Jody Hill, David Gordon Green
As played by McBride and conceived by co-creator/director Jody Hill, Kenny Powers is a force of nature—an oblivious jackass that's perhaps the most arrogant, repulsive character in recent memory. His arrogance mixed with his fish-out-of-water situation in Mexico, makes for a lethal combination of character and humor and McBride milks it for all its worth, all season long. His constant speeches, showboating and general disregard for common sense and overall humanity make for exceedingly compelling comedy and the rest of the cast rises to the occasion as well. Still, if you don’t like McBride or his sense of humor then this might not be the show for you.
Even if you did love the first season of EASTBOUND AND DOWN, be prepared for some drastic changes. You won’t see most of the same characters from Season One (save, thankfully, for Stevie Janowski), but the show still maintains the same vibe and energy with its new cast. The biggest difference, perhaps, is Hill and McBride's willingness to take the character and the story in to even darker territory. There's still the familiar off-putting elements (racism, rape jokes, etc.), but this season sees Kenny Powers at his lowest point and the results are not pretty. As Kenny hits rock bottom and attempts to come to terms with his past and start anew, his character's inherent sadness and pathetic nature come to light, as does his more dangerous tendencies only glimpsed at in the past. The result reminds me a lot of Hill's last cinematic effort, the underrated OBSERVE AND REPORT, which mixed sinister undertones and comedy extremely well. Due to the darkness, some might say Two is not as funny as Season One, but its all in service of the character and his journey, which makes for a better show overall.
That's not to say in any way that the show is not funny; it's still a riot and represents McBride at his most successful. EASTBOUND AND DOWN also continues to be a non-stop barrage of memorable lines and quotable sayings to live your life by. (Every time I watch an episode I try to mentally bookmark Kenny Powers quotes for later real-life use, but there's just too many.) From talk of the "villagers" to the La Flama Blanca fiasco, there's way too much stuff to mention. (I also love all the obscure movie references thrown in, from THE BLAIR WITCH PROJECT's Eduardo Sanchez to Eric Roberts in STAR 80.) The supporting cast also comes to play with impressive results. Don Johnson is pitch perfect as Kenny's long lost father and even better than what you picture Kenny Powers’ dad to be. Michael Pena continues to be an underrated comedic star, creating another insane and insanely memorable character like he did in OBSERVE AND REPORT or 30 MINUTES OR LESS. And even the great Adam Scott returns with a special guest to elevate the season just a tad. However, it's Steve Little's Stevie Janowski who might be the real all-star of the show this time around. Stevie takes on a life of his own from Season One and Little's fearless performance (and willingness to bare himself in scary ways) makes the character almost as funny and watchable as Kenny Powers himself. He also might be responsible for my biggest laugh of the season. (“Stop looking at me shit!”)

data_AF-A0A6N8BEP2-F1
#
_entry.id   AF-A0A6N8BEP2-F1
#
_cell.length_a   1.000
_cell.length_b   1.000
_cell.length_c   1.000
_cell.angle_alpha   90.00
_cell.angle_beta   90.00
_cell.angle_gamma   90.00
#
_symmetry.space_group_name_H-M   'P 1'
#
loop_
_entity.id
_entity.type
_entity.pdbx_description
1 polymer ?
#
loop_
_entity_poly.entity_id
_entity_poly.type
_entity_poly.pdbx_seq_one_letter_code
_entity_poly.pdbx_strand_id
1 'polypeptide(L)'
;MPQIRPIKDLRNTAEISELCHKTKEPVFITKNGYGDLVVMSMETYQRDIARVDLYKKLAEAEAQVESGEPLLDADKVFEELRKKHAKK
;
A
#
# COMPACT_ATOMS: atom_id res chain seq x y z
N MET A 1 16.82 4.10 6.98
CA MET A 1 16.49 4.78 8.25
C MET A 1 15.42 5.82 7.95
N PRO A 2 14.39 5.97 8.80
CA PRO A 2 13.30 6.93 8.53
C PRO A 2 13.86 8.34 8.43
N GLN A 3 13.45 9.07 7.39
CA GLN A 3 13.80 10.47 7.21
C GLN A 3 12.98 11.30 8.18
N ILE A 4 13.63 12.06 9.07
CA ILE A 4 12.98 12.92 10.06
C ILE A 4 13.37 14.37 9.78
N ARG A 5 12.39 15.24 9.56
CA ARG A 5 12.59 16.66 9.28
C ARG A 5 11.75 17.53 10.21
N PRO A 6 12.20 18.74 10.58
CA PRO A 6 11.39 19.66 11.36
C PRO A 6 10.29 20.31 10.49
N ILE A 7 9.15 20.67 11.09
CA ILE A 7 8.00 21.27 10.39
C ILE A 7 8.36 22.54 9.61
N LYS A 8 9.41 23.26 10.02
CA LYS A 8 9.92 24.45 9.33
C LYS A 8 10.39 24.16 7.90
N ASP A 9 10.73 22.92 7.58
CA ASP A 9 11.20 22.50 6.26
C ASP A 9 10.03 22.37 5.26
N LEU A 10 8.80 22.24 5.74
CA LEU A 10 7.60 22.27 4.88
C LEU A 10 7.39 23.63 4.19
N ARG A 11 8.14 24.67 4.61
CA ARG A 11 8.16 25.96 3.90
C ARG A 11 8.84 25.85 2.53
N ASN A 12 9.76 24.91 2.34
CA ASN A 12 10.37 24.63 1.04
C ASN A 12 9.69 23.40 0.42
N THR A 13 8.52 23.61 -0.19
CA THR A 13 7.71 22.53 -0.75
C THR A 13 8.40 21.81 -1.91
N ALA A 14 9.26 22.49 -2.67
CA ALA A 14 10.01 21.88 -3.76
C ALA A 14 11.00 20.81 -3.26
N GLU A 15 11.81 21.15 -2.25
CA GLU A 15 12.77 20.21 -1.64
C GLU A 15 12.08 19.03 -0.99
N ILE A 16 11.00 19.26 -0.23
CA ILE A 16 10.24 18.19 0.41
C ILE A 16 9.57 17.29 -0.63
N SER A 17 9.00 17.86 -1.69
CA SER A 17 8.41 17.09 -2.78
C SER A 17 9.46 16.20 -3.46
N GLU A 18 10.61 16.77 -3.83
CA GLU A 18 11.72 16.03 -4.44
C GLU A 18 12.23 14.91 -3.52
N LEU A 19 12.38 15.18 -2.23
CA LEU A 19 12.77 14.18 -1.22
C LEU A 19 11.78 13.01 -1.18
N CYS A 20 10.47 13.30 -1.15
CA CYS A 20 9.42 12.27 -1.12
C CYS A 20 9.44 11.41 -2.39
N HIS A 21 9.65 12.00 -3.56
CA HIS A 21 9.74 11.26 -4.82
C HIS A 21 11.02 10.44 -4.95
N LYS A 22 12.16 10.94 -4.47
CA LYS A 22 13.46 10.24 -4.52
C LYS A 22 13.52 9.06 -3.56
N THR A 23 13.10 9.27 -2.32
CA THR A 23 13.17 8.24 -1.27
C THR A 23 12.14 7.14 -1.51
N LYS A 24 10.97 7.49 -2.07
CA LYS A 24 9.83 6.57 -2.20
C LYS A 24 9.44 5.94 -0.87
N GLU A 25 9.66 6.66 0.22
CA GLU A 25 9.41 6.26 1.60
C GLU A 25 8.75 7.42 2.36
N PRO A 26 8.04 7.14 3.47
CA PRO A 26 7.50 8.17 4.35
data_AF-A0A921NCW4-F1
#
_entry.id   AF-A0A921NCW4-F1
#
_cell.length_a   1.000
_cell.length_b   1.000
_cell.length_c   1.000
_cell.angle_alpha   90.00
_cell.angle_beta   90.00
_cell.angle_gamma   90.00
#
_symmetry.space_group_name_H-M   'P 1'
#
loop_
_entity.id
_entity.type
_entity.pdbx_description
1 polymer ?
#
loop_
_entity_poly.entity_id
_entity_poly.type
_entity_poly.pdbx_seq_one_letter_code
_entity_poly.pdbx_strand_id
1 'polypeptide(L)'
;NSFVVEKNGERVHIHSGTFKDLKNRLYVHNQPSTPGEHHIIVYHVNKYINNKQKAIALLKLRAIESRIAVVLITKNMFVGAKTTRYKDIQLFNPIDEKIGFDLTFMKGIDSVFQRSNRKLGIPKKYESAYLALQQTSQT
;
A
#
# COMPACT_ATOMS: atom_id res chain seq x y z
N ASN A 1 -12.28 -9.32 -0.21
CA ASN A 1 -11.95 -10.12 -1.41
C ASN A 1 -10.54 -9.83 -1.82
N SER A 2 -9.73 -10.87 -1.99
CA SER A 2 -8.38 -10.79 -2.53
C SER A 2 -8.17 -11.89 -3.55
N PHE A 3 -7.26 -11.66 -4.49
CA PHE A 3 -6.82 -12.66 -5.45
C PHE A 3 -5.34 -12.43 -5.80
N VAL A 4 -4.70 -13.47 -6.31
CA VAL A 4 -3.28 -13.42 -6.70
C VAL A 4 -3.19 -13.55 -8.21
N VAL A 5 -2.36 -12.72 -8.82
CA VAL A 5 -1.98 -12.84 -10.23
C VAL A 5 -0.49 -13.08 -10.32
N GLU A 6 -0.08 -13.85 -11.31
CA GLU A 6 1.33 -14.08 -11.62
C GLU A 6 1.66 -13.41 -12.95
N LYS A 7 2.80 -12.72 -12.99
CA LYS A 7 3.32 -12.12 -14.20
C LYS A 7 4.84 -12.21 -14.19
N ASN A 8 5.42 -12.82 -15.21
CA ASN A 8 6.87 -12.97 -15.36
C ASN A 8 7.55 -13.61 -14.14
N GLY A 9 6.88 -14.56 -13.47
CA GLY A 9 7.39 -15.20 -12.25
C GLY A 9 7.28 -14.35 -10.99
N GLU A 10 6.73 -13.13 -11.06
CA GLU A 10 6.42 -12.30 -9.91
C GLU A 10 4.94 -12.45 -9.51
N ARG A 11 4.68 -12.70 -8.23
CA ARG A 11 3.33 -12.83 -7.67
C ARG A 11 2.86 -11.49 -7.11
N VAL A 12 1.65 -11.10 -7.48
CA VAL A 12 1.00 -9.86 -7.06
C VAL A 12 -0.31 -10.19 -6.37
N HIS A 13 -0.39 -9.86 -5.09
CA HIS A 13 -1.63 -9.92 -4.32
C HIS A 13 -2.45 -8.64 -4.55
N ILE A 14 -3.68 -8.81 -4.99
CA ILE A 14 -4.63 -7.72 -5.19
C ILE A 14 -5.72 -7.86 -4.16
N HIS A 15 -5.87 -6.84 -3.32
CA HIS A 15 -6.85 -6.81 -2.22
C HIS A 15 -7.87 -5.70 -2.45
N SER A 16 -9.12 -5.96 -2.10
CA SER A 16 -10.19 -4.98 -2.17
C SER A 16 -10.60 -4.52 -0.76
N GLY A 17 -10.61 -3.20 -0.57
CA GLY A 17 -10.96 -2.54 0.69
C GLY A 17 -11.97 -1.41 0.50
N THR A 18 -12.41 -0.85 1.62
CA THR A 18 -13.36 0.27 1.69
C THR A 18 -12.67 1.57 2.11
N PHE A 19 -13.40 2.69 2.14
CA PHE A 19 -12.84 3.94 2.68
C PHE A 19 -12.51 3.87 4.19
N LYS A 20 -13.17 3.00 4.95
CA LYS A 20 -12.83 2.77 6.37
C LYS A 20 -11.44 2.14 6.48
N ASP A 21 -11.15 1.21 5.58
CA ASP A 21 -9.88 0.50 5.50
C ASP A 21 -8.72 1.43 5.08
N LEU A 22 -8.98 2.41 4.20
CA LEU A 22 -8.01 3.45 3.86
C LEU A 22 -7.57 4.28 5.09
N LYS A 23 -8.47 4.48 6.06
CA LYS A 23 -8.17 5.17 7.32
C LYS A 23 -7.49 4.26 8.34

While Season Two is divided into seven distinct episodes, the story really does feel like a single movie. Kenny shows real growth this season, which McBride plays as subtle as he can, hidden under all the insults and racial epithets. From being the worst father figure n the world to his girlfriend's son to confronting his own dad's shortcomings, there's a lot of heavy stuff happening here, but it never loses out to the laughs. You might even be surprised where the show takes Kenny and the audience by the end of the final episode. Where it leaves the door open for next season is incredibly fascinating and promises a truly special conclusion to a one of a kind character and comedy study.
Invitation to the Set (8:29): A light yet generic behind the scenes spotlight with plot summary and interviews with all the actors, writers and directors. It shoots straight with analysis of the story and character arcs, but also has some laughs, like discussing Kenny's “moral crossroads” about whether he’s really an ass man or a tit man.
Big Red Cockfighting (4:15): This look at the cast and crew working with live chickens is definitely interesting, with discussions about “poultry thunderdomes” and “cock whisperers,” Interviews with the cock wrangler and his process to faking the cockfights and Danny McBride's take on working with the animals.
Shit We Had to Cut Out (15:56): A fair number of deleted scenes, including more Stevie, Sebastian being rich and eccentric (i.e. chasing a hooker with a sword), Kenny being racist, a briefly topless Ana de la Reguera, and the return of the Panty Dropper! There's some funny stuff, but its easy to see why it was cut.
Every Time Someone Fucked Up Our Show (11:38): An extended gag reel with little Deep Roy making everyone laugh to Michael Pena making fart noises.
Extra Tidbit: Marilyn Manson is apparently the world’s biggest Kenny Powers fan.